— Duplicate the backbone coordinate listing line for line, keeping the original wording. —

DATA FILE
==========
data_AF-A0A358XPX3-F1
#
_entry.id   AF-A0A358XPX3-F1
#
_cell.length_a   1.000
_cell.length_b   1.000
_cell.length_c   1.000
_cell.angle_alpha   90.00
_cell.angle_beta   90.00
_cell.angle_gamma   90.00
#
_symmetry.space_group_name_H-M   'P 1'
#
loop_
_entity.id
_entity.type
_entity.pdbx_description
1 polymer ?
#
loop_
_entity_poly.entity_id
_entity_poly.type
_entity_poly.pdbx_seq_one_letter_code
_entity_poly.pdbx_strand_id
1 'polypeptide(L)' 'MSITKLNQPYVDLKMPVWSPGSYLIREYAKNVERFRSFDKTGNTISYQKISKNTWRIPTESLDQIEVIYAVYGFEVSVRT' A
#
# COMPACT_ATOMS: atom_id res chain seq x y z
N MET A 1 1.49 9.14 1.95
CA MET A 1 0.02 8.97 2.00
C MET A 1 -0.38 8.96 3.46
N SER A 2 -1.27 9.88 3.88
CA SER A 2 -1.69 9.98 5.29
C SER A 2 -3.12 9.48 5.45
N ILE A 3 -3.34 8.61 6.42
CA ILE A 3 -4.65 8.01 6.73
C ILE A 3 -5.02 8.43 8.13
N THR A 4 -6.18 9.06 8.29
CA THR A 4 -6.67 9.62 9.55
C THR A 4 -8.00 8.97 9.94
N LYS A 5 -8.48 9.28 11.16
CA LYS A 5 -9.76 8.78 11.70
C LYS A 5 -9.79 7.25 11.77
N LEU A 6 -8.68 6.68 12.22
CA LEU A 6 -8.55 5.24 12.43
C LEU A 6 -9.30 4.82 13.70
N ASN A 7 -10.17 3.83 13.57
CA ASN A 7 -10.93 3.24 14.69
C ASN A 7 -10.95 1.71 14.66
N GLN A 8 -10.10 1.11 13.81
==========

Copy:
data_AF-A0A358XPX3-F1
#
_entry.id   AF-A0A358XPX3-F1
#
_cell.length_a   1.000
_cell.length_b   1.000
_cell.length_c   1.000
_cell.angle_alpha   90.00
_cell.angle_beta   90.00
_cell.angle_gamma   90.00
#
_symmetry.space_group_name_H-M   'P 1'
#
loop_
_entity.id
_entity.type
_entity.pdbx_description
1 polymer ?
#
loop_
_entity_poly.entity_id
_entity_poly.type
_entity_poly.pdbx_seq_one_letter_code
_entity_poly.pdbx_strand_id
1 'polypeptide(L)' 'MSITKLNQPYVDLKMPVWSPGSYLIREYAKNVERFRSFDKTGNTISYQKISKNTWRIPTESLDQIEVIYAVYGFEVSVRT' A
#
# COMPACT_ATOMS: atom_id res chain seq x y z
N MET A 1 1.49 9.14 1.95
CA MET A 1 0.02 8.97 2.00
C MET A 1 -0.38 8.96 3.46
N SER A 2 -1.27 9.88 3.88
CA SER A 2 -1.69 9.98 5.29
C SER A 2 -3.12 9.48 5.45
N ILE A 3 -3.34 8.61 6.42
CA ILE A 3 -4.65 8.01 6.73
C ILE A 3 -5.02 8.43 8.13
N THR A 4 -6.18 9.06 8.29
CA THR A 4 -6.67 9.62 9.55
C THR A 4 -8.00 8.97 9.94
N LYS A 5 -8.48 9.28 11.16
CA LYS A 5 -9.76 8.78 11.70
C LYS A 5 -9.79 7.25 11.77
N LEU A 6 -8.68 6.68 12.22
CA LEU A 6 -8.55 5.24 12.43
C LEU A 6 -9.30 4.82 13.70
N ASN A 7 -10.17 3.83 13.57
CA ASN A 7 -10.93 3.24 14.69
C ASN A 7 -10.95 1.71 14.66
N GLN A 8 -10.10 1.11 13.81